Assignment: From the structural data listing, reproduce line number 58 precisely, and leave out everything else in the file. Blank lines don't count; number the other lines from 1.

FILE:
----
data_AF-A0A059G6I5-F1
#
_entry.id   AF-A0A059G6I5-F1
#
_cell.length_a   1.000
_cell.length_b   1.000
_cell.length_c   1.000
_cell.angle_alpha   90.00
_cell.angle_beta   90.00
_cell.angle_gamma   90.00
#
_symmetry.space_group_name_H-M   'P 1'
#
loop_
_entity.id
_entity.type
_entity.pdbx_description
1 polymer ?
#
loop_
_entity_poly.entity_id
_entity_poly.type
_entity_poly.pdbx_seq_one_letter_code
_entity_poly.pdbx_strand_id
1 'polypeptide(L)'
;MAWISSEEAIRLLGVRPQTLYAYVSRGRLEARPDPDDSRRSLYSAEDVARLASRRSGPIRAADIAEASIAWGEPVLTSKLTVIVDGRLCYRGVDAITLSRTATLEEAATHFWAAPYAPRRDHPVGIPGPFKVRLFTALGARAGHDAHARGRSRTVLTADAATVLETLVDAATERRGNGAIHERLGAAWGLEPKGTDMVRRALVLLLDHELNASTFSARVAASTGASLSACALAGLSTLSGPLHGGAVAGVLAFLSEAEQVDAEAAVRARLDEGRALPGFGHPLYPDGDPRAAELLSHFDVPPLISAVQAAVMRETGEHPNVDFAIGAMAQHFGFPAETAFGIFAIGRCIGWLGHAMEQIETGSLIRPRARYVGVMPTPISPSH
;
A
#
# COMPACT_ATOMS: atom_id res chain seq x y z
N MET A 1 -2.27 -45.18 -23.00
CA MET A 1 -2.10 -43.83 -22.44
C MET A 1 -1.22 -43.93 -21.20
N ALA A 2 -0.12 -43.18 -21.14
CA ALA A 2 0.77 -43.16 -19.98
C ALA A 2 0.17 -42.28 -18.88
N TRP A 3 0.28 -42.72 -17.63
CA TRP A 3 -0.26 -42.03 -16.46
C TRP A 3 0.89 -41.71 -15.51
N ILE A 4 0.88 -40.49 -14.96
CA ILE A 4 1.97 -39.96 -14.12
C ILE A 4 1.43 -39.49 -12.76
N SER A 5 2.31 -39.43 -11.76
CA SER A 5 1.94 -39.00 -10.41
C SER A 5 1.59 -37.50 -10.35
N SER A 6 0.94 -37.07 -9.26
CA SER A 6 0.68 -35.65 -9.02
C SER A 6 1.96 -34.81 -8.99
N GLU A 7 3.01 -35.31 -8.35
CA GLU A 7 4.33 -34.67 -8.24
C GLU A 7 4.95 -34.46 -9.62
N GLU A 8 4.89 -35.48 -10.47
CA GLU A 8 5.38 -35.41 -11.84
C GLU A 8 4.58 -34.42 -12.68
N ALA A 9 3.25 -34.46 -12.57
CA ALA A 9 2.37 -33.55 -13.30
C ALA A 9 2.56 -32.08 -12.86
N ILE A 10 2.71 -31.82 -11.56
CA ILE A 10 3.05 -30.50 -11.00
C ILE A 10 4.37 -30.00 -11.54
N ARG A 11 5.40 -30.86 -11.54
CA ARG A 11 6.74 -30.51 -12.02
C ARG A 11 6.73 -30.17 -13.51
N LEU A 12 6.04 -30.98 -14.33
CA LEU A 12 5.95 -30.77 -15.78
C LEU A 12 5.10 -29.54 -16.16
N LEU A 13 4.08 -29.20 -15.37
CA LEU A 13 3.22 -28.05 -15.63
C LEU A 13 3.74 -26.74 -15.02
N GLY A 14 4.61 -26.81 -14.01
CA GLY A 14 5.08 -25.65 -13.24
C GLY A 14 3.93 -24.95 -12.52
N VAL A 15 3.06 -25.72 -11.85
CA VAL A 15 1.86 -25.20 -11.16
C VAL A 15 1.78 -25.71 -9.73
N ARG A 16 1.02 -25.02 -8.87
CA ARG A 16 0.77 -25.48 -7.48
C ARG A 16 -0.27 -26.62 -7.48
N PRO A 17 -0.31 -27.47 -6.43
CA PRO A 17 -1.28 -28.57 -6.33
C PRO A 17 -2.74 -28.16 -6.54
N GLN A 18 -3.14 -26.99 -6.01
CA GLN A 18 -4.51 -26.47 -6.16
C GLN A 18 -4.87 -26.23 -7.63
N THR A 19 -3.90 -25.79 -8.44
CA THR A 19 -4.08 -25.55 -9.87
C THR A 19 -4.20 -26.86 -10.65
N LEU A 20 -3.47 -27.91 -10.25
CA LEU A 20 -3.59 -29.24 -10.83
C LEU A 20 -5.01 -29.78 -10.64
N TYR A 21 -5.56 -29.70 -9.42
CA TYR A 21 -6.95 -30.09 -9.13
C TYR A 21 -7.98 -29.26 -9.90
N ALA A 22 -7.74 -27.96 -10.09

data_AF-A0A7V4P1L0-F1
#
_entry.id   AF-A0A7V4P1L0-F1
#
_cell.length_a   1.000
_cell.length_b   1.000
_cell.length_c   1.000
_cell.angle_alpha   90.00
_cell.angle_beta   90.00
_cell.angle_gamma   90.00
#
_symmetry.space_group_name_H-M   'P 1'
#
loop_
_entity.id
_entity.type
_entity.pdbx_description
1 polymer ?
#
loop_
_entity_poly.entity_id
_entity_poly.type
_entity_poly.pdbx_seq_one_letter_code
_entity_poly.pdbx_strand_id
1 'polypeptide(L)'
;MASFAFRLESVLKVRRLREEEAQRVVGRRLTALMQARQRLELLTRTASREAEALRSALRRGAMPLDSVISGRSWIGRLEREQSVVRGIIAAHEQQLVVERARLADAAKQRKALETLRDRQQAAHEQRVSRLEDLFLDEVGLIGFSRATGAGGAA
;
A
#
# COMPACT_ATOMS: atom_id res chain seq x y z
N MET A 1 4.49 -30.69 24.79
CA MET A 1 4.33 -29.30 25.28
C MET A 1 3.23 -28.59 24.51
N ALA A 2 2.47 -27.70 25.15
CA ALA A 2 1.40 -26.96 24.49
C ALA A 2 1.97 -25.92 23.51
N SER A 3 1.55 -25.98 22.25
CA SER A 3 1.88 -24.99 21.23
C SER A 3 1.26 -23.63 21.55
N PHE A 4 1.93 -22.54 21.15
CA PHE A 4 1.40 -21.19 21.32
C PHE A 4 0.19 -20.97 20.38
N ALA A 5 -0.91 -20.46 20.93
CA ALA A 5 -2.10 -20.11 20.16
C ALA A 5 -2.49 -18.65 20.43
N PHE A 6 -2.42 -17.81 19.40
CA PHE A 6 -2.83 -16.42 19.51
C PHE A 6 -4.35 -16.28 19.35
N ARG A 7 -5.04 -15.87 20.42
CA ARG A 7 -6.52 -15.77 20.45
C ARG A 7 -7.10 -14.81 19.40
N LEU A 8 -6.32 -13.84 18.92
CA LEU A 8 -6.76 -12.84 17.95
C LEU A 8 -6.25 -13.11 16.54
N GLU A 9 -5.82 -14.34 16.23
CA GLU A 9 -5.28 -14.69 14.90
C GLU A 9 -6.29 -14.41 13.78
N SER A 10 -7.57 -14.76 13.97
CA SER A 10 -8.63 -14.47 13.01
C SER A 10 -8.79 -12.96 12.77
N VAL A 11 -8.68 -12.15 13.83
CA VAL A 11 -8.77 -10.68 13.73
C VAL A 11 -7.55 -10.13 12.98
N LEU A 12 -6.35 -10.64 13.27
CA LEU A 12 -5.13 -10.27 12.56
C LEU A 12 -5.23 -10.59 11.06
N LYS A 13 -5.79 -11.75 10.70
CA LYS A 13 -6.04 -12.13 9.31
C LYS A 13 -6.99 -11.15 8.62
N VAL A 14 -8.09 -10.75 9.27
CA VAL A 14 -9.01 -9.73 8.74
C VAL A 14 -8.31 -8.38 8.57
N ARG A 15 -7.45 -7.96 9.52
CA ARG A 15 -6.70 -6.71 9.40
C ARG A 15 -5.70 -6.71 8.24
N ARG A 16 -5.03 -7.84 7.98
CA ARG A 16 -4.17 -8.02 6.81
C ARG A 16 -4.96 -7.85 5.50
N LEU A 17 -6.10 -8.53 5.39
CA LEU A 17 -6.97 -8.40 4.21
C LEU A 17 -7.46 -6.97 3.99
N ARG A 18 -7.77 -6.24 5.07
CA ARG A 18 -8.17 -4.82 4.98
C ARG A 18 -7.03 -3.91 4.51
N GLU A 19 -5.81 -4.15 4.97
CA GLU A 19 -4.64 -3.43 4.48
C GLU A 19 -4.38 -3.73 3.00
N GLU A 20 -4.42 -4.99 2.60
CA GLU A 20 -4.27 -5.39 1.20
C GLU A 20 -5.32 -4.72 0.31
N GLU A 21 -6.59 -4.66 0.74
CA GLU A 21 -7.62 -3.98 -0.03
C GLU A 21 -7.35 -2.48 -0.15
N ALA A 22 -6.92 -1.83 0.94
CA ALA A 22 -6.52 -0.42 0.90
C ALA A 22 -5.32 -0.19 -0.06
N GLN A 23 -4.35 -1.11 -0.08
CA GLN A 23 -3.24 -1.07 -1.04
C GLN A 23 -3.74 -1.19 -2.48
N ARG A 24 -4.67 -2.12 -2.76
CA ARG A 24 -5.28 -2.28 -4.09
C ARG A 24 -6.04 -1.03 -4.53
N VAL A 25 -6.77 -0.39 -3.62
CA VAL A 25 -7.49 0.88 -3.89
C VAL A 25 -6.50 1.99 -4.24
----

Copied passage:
N ILE A 10 2.71 -31.82 -11.56